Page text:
Robin Miller's Mailbag for January 15, presented by Honda Racing / HPD

Robin Miller's Mailbag for January 15, presented by Honda Racing / HPD

Insights & Analysis

Robin Miller's Mailbag for January 15, presented by Honda Racing / HPD

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Q: I’m driving down from Canada to the race at Barber in Alabama this April. Where would be the best spot to spectate from at the track? Do they get such a big crowd that once I get a spot, I should stay put, or is it possible – even preferable – to walk around? Indeed, can the whole perimeter be walked during the race? Are there support races beforehand? And how is the access before and after the race? (Though I suspect you hang around long after to meet with teams and rivers and file a report and never have to battle the exit traffic.)

Anthony Jenkins

RM: The general admission/paddock pass would be my suggestion. Roam the paddock every day and then sit on the sloping hills outside the first few turns. It is possible to walk around a great portion of the track, and there are trams to help move people along. The museum is a can’t-miss so plan on spending a few hours there. And go to Rusty’s BBQ in nearby Leeds for dinner. Not sure about the traffic, but it’s one of the best-organized and most friendly venues that IndyCar has ever visited.

Q: Do you know of any charities for pit crew members or mechanics that have fallen on hard times or need medical assistance? Also, I know I speak for everyone when I say we hope your time in the pits is a brief one, and you are back on track and up to speed soon.

Josh from Maine (close to Bentley’s Saloon)

RM: The USAC Benevolent Fund has always helped drivers and mechanics in hard times, and of course, IndyCar has insurance for its members if one would be injured in a pit stop. Please tell Bentley hello, and to buy you a beer. I feel fine, thank you.

Q: It looks as if Fred will be spending some time in the U.S. this summer. Maybe you could plant a seed at the Chili Bowl that he needs to experience a midget/sprint car race.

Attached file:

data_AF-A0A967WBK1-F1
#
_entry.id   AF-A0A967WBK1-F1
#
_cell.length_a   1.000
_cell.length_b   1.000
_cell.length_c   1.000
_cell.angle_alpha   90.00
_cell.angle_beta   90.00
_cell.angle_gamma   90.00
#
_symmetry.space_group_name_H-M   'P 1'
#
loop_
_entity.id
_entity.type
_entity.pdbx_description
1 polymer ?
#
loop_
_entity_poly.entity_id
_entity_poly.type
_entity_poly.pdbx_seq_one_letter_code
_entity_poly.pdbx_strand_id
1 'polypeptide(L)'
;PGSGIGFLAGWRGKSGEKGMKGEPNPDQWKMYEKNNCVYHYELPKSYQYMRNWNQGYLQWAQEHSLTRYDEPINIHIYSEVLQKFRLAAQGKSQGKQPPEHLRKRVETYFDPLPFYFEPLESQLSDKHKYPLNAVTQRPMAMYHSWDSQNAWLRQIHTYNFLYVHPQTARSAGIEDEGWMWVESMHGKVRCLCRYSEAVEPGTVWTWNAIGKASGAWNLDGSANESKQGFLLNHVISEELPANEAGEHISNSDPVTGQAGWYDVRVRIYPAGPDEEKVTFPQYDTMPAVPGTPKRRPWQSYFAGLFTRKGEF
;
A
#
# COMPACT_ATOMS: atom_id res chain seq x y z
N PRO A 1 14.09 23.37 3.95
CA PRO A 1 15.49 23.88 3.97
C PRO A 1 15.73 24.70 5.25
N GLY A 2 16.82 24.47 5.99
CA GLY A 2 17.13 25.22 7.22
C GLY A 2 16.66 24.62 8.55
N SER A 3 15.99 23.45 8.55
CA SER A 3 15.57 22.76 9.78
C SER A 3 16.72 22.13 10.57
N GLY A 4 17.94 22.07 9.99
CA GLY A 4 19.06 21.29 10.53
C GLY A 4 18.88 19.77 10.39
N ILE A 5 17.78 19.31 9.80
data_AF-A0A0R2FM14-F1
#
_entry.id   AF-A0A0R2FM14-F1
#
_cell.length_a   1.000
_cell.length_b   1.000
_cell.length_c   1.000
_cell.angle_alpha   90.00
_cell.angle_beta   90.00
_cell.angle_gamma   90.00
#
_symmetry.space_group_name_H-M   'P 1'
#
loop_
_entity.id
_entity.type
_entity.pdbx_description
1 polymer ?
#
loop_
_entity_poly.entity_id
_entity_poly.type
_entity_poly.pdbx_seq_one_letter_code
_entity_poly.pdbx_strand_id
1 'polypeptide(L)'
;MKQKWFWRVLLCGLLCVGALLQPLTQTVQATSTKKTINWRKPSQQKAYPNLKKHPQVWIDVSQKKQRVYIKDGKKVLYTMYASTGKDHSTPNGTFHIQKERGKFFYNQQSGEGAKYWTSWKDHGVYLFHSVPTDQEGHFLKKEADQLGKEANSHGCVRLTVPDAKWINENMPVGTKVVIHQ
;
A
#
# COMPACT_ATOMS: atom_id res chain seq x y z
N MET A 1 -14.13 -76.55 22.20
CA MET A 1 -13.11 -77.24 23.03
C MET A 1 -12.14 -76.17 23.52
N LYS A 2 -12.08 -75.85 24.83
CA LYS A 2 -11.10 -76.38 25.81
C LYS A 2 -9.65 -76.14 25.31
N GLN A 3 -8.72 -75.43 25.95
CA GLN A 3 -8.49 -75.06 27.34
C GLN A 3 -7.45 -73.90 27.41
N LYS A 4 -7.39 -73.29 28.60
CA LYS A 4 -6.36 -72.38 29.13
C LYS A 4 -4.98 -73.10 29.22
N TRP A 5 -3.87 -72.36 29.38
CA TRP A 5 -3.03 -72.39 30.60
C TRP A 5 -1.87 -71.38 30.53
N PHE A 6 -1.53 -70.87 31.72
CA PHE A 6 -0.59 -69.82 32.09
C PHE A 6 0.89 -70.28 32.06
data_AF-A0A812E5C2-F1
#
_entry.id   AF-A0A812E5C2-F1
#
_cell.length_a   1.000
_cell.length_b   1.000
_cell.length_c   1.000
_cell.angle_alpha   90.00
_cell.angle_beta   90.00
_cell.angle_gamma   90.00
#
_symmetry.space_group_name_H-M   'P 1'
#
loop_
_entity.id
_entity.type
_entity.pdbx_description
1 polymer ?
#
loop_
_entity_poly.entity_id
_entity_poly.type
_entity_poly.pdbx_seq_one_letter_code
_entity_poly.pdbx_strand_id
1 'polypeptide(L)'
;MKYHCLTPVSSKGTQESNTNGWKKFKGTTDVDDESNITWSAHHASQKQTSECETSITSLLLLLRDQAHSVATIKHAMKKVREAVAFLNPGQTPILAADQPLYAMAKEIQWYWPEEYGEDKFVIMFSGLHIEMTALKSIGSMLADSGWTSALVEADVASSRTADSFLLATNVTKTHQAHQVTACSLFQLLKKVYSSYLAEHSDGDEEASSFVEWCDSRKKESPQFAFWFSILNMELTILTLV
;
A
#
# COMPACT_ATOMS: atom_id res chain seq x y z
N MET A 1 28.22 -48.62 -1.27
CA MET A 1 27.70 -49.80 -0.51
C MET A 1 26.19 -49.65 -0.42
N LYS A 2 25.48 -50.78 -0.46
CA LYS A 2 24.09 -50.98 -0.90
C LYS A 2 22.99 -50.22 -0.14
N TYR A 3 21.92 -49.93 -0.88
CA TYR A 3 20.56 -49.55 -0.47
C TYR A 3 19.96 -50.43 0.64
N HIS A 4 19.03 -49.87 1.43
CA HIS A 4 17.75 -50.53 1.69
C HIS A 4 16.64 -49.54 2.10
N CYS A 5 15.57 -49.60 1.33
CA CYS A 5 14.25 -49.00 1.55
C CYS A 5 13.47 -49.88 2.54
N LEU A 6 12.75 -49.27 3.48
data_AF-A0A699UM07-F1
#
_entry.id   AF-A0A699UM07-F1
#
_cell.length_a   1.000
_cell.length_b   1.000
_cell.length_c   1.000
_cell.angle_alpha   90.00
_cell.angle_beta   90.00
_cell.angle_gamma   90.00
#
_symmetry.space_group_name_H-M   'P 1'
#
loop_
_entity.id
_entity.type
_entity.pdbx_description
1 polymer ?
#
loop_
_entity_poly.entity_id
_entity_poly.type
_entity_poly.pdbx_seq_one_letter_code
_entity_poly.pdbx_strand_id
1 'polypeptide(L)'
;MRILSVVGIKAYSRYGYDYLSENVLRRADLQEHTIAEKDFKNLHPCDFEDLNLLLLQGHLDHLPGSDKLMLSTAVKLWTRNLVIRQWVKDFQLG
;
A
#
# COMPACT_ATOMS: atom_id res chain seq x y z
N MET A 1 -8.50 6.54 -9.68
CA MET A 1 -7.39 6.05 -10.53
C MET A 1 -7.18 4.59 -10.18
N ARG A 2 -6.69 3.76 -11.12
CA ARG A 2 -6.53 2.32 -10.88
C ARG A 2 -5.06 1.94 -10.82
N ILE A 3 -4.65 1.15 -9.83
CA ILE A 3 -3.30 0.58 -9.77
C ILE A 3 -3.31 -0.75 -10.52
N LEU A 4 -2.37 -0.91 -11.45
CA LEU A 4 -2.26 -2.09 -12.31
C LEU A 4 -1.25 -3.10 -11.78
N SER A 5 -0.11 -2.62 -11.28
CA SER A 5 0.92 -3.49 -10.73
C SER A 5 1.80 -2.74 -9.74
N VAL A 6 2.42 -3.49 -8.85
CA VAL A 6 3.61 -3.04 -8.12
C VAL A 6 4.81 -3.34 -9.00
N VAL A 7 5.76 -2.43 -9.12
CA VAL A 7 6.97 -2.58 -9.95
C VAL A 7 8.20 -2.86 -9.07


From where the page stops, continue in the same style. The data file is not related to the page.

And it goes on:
Jim, CO

RM: I think David Byrd would make it happen if Fred wanted to try it, but I’m thinking maybe a sprint car school first to whet his appetite. Knowing Alonso’s passion for trying different things, I imagine a midget or sprinter would be appealing.

Q: Who do you believe or would like to see give the “Gentlemen Start Your Engines” command for the 2020 Indianapolis 500?

Doug S

RM: Tony George and his three sisters.

Q: Following up on last week’s Mailbag question on Tom Sneva, I wanted to share with your readers that Tom will be the honored guest Midwest Racing Preservation Association annual Motorsports & Memories Banquet on February 1, 2020 at the Doubletree Hotel in Arlington Heights, IL, a Chicago suburb. Event organizer Linda Daro is well-connected in the racing community so it would not be unusual for another one or two Indianapolis 500 winners to attend the banquet as well. Further details and ticket information at www.mirpa.org in the events section.

Mike Jablo, Vernon Hills, IL

RM: The Gas Man is a good public speaker and tells a lot of funny stories (some are even true), so hopefully you’ll have a good turnout. And if he’s doing it for free, then Linda is the luckiest woman on the planet.

Q: Anyone who has watched YouTube videos of the motorcycle racing of the Isle of Man TT knows what I’m talking about. It’s extraordinary control that they have, not to mention the appendages they must have. The power to weight ratio has to be close or better than an IndyCar. With the skill they show, I wonder why some don’t make their way to four-wheel racing? I know there have been a few in the past – Joe Leonard, for example.